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Updated: May 28th, 2011
Day 2 Standouts and Blog
By: Anup Sinha |

Scottsdale - EL PASO RIGHTY DOMINATES POWERHOUSE SQUAD

The pitcher who impressed me the most over the first two days of the PW West Coast 16U Finals would have to be Eder Erives, a righty from Montwood HS in El Paso, Texas.  The 5'10", 170 lb Erives spun a gem to beat one of the top teams on Saturday night.  Against the Arizona Angels 2013 White squad, Erives threw a seven-inning complete game yielding 2 R/ER, 4 H, and 2 BB while striking out nine. 

Erives stands out from other pitchers in this tournament not for size or velocity (83-85 MPH) but for his precocious feel for pitching and his advanced off-speed arsenal.  I thought both his curveball (66-69 MPH) and especially his change-up (70 MPH) were the best in the event.  Erives had exceptional command, showing the ability to jam both righthanded and lefthanded hitters and to back-door his curveball.

Erives has a sound delivery, crisp arm-action, and a good deal of athleticism which he put on display hitting a triple.  Because of his small frame and lack of height, it's hard to project him into a low-90s guy and Erives might never be a high draft pick because of that.  But it's easy to see him as a premium D1 college recruit because of his great feel for pitching as a high school sophomore.  If he does have any growth left in him, look out for more.

 

THE "BRICK" CAN HURT YOU MANY WAYS

I first noticed Brick Paskiewicz (Sunrise Mountain HS, AZ) running the 60 yard-dash.  The time was quite respectable for a 2013 kid, 7.01, but that's not what caught my eye.  It was his long, graceful strides, and the fact that his build was so immature.  By that I mean he has a very lanky frame, particularly in the lower half, and I'm sure the 5'11", 160 lb Paskiewicz will get a lot stronger in the next two years.  He just looks like an athlete and one who has much more upside.  I believe he'll become a plus runner in the future.

Then he threw from the outfield, showing one of the best arms in the event.  An arm that could become average or better by major league standards.

From the left side of the plate, Paskiewicz handled the bat well and used the field.  He doesn't have a lot of pop right now, but you can see the mechanics of a good swing.  He used his legs to run out three infield hits while I was watching.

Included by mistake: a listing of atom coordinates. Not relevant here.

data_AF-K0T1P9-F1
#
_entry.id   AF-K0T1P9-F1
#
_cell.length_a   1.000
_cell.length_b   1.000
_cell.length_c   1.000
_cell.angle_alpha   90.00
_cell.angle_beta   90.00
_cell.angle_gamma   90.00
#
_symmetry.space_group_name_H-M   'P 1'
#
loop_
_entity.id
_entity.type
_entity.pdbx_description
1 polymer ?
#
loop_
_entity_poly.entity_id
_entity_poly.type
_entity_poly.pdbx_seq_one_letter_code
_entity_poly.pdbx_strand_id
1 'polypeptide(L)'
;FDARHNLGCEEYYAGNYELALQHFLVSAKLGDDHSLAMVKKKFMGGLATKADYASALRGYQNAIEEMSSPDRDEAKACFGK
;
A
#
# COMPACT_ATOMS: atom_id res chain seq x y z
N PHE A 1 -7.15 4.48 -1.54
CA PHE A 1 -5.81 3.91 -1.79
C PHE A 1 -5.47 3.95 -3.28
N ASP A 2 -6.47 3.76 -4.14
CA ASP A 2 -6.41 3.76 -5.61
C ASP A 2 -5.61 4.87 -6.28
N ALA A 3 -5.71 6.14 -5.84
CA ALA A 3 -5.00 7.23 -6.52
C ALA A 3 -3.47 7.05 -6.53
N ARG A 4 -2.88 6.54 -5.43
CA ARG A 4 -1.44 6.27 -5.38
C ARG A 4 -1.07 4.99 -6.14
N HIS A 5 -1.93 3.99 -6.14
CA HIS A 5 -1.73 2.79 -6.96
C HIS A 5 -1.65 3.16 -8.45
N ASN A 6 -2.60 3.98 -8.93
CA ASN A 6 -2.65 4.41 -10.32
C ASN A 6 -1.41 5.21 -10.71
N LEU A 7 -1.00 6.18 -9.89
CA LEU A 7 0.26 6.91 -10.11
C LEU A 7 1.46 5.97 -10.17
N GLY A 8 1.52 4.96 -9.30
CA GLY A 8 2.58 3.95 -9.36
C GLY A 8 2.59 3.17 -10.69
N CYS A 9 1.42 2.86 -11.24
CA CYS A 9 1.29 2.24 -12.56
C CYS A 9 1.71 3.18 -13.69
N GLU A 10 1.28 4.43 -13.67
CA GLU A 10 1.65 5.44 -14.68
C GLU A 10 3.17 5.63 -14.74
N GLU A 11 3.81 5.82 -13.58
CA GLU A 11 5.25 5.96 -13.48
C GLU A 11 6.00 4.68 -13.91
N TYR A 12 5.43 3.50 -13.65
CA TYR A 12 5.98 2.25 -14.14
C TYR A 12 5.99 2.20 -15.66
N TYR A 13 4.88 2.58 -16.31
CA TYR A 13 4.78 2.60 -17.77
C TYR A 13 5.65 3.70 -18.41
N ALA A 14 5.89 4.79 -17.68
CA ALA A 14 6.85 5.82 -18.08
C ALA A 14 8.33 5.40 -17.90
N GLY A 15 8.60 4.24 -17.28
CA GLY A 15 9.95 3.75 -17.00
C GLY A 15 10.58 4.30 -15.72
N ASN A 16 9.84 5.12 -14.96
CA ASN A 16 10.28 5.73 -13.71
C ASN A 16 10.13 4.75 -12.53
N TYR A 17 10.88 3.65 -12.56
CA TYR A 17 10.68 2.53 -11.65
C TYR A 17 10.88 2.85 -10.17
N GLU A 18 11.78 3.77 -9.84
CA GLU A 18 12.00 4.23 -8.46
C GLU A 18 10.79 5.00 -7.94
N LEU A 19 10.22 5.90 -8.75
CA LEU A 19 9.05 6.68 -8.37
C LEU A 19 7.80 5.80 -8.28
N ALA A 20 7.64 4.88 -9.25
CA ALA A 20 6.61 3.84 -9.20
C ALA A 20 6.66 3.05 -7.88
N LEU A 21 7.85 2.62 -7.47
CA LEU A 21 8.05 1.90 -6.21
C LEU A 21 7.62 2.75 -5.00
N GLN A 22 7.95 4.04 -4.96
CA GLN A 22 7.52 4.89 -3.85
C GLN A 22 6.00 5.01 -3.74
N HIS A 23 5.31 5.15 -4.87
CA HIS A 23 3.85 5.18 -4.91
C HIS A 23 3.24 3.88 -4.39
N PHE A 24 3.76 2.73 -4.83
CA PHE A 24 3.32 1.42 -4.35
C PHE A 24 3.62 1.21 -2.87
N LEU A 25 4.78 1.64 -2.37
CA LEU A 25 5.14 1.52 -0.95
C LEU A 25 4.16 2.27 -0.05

Paskiewicz took the mound in the first game Friday night for the Arizona Athletics 16 U and threw 82-87 MPH.  A very animated, high-energy pitcher, Paskiewicz battled hitters all night.  His curveball has a ways to go as does his velocity to get high draft consideration, but I can see that projection in his body.

The most impressive thing Paskiewicz has done is play center field.  He went back on a ball to the wall that was uncatchable, then whirled around and threw a strike to third base to gun down the hitter's attempt at what appeared to be an easy triple.  On Saturday he made a spectacular play in the gap.  Few kids of his age show the outfield instincts Paskiewicz has shown.

This is definitely one to follow and going both ways.  Paskiewicz doesn't have big league tools right now, but he already has the intensity and instincts and the big league body should be on its way.

 

SHORTSTOP WITH A CHANCE TO HIT

From nearby Gilbert HS, Dusty Peterson showed all-around ability as a shortstop.  A rising junior who'll graduate in 2013, Peterson has good actions and arm-strength and a chance to play the position at a high collegiate level.  Failing that, he should become a good 2B/3B.  But it's the bat where Peterson has the most upside.

At 6'1", 180, Peterson has a baseball-friendly frame with lots of projection.  He also has a free and easy righthanded swing with enough bat-speed to pull an 87 MPH fastball.  Peterson had a couple of battles with Brick Paskiewicz on Friday night. 

Hitters with easy swings, good approaches, and projectable bodies tend to make quick strides and for that Peterson will be followed by elite colleges. 

About Anup Sinha
Anup Sinha worked five years as a major league area scout, most recently for the St. Louis Cardinals (2005-2008) in both California and Florida. Prior to that, Anup served as a scout and wrote for Team One Baseball for five years throughout the late 90's and early 2000s. Anup also recently worked as a scout/writer for Perfect Game. Anup was hired by Prospect Wire in April of 2010, and serves as the National Scouting Director for the east coast and assists in cross-checking west coast players.
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